The north-east is expected to sizzle as the hottest part of Scotland this weekend.
Ice cream shops and beaches were busy yesterday as the heat wave began, but forecasters have advised that temperatures will soar further today and on Sunday.
Met Office forecaster Sophie Yeomans said Aberdeenshire was likely to experience the warmest weather in the country over the long weekend.
She said: “We are expecting temperatures of 19 or 20C in parts of the north-east on Sunday and that could even get a little bit higher on Monday.”
Temperatures are predicted to peak at 17C today in the far north and at 19C in Inverness and Elgin on Sunday, but could reach as high as 22C in Aberdeenshire on Monday.
Forecasters have advised that the weather will be more of a “mixed bag” in the west of Scotland, with cloud and rain likely to put a dampener on the weekend in Oban and Fort William.
The owner of the Fochabers Ice Cream parlour, Sheila Gray, explained that this weekend is usually one of the busiest of the year anyway, as scores of tourists visiting Moray for the Spirit of Speyside Whisky Festival stop by.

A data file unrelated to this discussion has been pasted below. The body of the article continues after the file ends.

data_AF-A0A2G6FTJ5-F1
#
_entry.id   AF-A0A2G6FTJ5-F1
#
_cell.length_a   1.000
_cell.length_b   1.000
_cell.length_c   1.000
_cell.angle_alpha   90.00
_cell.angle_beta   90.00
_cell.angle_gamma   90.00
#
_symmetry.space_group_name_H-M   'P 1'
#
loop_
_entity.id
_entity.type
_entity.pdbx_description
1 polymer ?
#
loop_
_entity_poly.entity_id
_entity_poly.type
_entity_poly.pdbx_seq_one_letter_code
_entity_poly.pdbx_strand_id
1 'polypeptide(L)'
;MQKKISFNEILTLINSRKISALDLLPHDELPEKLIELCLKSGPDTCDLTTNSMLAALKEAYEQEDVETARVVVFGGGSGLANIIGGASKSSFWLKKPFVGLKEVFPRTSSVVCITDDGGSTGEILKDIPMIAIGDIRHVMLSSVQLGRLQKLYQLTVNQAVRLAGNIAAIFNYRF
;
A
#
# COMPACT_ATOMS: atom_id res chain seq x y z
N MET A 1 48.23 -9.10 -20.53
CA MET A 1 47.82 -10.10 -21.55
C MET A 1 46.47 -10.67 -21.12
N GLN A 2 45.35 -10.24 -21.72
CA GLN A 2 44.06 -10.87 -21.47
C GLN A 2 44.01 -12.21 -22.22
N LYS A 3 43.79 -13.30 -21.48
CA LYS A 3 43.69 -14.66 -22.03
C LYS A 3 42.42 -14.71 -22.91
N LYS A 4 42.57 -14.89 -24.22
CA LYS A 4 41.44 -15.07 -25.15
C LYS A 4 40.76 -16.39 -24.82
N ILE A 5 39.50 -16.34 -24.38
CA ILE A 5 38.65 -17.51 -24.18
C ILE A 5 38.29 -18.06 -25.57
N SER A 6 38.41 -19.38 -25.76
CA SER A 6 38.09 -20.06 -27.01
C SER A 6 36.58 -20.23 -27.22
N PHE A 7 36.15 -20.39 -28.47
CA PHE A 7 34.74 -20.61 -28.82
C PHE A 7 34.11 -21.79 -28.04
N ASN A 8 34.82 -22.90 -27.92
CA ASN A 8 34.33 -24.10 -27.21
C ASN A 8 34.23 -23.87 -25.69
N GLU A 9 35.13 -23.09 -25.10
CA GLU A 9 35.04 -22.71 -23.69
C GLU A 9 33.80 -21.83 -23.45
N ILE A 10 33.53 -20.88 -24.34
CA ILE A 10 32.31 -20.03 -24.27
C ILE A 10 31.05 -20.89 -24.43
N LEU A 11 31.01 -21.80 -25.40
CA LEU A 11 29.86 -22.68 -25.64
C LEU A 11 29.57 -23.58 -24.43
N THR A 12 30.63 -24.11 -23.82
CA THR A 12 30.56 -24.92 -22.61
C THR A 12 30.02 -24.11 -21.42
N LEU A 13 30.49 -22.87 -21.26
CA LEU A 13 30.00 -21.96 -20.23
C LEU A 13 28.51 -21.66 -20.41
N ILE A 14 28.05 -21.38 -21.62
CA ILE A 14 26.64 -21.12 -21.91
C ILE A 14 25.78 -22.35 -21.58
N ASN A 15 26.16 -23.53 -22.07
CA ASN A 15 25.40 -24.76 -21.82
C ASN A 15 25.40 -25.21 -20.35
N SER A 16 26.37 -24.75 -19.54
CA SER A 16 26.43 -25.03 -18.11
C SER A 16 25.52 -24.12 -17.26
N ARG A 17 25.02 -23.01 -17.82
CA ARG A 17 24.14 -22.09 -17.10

She said extra staff would now be on duty in preparation for a boom in trade created by the combination of tourism and sunshine, while extra batches of whisky-flavoured ice cream are being concocted.
Last night, Ms Gray said: “This is usually a great weekend for us and we have already had lots of people sitting outside enjoying the weather.
“We will have extra staff on this weekend and I am making up more ice cream as we don’t want to run out.”
Temperatures could hit 28C in the south-east of England on Monday as people round off their three-day weekend – making it the hottest in nearly two decades.
Bank Holiday Monday in 1999 was 23.6C, while the hottest bank holiday weekend ever was in 1995 when temperatures peaked on the Saturday at 28.6C.
Most parts of England and Wales will enjoy temperatures in the 20s throughout the weekend.
The Met Office has attributed the above-average conditions to warm air coming up from the south, combined with high pressure in parts of the UK ensuring that the weather remains dry.